Conservation Week 2011 – Meet the Locals meets some very generous kiwis

It hardly seems like a few months, let alone a whole year since the last Conservation Week Special. Amazing to think that in the intervening year not only were another 12 episodes of the show filmed but quite a few conservation challenges were met too.

Sunset at the mouth of Doubtful Sound

Sunset colours they sky at the mouth of Doubtful Sound

Now more than ever conservation needs to be both understood and valued by the public. Whilst New Zealand’s economy is relatively insulated from the unfolding global financial crisis we are unfortunately not immune. The result is a sea-change in the political view of the economy and a shifting economic view of conservation investment, the result: a shrinking baseline. These tough times mean that now more than ever conservation is looking to individuals and businesses for support and so the perspective and values of those generous individuals and companies count.  The ‘Disneyfication’ of nature in the eyes of the general public (http://www.stuff.co.nz/dominion-post/comment/5334136/Few-happy-feet-in-our-forests) means that we risk the fundamental strategy necessary to see competent and far-sighted conservation measures if resource management allows itself to be driven by superficial perceptions and marketing psychology.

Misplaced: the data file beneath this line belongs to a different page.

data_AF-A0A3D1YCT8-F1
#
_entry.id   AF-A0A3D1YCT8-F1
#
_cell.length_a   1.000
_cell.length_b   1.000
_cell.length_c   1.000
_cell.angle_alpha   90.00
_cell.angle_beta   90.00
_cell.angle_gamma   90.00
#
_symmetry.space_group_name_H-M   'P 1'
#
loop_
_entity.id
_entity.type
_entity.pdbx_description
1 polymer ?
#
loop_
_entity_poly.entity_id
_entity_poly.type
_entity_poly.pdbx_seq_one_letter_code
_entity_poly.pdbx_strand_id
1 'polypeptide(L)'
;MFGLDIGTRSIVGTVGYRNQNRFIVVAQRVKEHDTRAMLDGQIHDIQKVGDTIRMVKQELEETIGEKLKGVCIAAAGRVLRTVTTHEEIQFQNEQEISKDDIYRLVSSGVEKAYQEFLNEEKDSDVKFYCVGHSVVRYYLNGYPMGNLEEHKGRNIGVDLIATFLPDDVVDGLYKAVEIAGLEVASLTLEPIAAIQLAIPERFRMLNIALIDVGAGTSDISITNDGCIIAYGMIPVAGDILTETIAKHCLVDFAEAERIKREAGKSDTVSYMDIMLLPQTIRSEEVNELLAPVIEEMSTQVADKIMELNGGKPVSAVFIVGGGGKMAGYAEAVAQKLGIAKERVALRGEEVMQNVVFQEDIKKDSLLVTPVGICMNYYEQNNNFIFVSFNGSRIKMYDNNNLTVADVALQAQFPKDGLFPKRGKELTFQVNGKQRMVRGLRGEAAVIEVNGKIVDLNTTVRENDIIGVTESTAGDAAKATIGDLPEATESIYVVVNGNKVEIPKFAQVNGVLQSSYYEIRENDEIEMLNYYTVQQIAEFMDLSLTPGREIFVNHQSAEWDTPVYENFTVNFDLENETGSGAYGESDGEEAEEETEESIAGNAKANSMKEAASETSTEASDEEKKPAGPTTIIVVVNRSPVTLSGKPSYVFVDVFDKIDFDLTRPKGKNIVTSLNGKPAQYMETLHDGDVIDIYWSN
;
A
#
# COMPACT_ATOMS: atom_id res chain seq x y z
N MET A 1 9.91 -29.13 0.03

Luckily for New Zealand, the majority of those with even a moderate interest in the environment comprehend the need to tackle the real issues – protecting habitat, controlling and eradicating invasive pest species and managing the interests of our precious fauna and flora. So against this stressful backdrop this years’ Conservation Week Special focuses on the contribution made by some very special private individuals to the greatest cause on earth, trying to protect something of what we have now, to pass on to the next generation.

Rock wren, New Zealand's only truely alpine bird

Rock wren, hanging on in our alpine ecosystems

So this years programme focuses on the generosity, vision and commitment of three individuals and their businesses. We start off with John Steffens of the Fiordland Lobster Company  who have supported the ambitious project to return kokako to the forest of Fiordland through reintroducing North Island birds back into the habitat of their now extinct southern cousins. We then see the fabulous contribution the Liz Colins, founder of the leading environmentally and ethically sound designer clothing company Chalkydigits to restoring the fauna to the remote and pest eradicated Chalky Island. Finally we meet with Greg Hay of Peregrine Wines  who’s personal passion, as with our other guests, has lead him to support and become thoroughly involved in the conservation of a number of our most threatened bird species through his relationship with the Fiordland Conservation Trust.

If you think businesses supporting conservation is nothing more than ‘greenwashing’ or a cynical marketing ploy then please take a look at this: CWS2011

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~ by motolorax on September 13, 2011.

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